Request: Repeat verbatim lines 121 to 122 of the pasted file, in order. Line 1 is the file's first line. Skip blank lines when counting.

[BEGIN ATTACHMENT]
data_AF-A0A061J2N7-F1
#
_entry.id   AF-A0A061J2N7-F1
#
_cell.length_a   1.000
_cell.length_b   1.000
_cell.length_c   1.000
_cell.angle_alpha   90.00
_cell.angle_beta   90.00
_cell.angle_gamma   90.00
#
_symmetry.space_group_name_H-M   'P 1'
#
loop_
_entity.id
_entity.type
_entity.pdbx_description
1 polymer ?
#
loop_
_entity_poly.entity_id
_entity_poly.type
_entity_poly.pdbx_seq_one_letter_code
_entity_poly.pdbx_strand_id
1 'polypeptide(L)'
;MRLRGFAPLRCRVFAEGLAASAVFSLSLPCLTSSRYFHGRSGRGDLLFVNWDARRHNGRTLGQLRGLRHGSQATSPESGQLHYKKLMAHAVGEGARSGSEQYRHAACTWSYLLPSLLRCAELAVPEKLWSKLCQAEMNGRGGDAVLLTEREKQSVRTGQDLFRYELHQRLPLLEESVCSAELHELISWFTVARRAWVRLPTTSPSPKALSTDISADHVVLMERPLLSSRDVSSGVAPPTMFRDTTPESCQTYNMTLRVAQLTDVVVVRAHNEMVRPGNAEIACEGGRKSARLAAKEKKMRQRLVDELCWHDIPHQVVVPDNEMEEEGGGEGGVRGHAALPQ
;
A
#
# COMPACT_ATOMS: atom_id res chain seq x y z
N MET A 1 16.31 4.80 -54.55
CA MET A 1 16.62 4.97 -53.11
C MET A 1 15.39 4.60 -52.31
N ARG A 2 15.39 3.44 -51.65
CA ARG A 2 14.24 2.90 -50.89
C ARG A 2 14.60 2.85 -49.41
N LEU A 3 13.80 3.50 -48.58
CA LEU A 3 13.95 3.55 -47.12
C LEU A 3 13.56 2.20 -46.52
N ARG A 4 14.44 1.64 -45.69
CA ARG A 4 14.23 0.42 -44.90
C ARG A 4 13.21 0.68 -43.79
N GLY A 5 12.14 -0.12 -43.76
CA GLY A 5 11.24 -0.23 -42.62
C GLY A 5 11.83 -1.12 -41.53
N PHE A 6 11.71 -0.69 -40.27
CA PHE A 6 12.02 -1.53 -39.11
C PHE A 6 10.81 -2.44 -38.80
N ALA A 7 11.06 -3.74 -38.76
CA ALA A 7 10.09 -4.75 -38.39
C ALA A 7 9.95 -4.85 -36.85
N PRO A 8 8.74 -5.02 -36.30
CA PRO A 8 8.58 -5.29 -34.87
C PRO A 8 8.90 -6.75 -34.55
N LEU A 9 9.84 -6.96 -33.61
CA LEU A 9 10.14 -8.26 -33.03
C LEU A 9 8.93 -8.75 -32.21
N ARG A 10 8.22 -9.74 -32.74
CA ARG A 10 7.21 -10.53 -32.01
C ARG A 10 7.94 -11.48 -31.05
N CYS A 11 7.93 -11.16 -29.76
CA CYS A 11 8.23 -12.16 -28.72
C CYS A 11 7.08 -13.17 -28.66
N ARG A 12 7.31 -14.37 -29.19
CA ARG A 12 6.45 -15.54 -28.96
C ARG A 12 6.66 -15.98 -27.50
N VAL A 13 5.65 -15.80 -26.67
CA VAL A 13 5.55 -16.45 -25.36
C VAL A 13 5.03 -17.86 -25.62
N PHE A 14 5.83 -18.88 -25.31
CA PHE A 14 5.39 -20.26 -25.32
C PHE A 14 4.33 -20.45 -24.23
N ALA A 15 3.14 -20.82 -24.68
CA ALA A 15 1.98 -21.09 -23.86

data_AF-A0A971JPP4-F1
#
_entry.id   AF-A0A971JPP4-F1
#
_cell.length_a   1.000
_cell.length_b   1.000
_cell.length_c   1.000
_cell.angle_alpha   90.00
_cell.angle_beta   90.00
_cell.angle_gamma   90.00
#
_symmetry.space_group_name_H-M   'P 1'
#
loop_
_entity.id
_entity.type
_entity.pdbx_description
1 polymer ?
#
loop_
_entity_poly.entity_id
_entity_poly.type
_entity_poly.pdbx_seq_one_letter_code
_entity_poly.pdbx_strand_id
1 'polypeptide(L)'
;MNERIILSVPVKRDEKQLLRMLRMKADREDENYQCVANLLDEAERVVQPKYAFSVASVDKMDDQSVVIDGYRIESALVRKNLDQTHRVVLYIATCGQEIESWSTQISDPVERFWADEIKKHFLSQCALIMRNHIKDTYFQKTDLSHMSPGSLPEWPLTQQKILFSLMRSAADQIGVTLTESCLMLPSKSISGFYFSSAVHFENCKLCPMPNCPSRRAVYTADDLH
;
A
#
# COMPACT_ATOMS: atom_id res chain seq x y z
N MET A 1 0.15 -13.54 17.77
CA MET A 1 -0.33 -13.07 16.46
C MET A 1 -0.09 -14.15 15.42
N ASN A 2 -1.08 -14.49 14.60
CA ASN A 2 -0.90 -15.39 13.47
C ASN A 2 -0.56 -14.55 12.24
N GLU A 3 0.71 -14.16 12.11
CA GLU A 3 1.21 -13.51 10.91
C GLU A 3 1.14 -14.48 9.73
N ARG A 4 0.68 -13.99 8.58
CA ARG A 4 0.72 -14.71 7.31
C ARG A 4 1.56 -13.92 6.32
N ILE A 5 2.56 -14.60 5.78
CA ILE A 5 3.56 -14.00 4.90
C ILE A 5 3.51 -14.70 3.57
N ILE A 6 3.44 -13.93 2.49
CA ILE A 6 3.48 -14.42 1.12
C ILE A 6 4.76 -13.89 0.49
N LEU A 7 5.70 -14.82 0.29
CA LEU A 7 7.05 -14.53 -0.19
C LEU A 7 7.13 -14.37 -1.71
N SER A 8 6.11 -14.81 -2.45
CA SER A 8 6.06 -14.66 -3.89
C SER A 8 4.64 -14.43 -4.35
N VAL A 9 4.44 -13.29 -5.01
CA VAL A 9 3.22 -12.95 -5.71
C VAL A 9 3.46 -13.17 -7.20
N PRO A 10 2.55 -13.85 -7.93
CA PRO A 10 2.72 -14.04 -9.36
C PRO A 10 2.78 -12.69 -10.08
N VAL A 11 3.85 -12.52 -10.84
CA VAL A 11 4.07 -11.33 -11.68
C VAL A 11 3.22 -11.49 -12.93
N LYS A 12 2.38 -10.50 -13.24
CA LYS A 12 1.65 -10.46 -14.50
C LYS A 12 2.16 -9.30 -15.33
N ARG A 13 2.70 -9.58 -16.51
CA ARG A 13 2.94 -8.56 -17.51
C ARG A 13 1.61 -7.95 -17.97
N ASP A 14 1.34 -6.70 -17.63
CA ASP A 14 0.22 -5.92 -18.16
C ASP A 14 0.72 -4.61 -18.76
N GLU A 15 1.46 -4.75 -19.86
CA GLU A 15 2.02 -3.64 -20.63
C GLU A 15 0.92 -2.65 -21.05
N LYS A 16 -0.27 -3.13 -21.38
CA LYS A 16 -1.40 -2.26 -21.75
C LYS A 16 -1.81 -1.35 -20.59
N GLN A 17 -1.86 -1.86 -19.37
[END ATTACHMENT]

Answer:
CA ILE A 6 3.48 -14.42 1.12
C ILE A 6 4.76 -13.89 0.49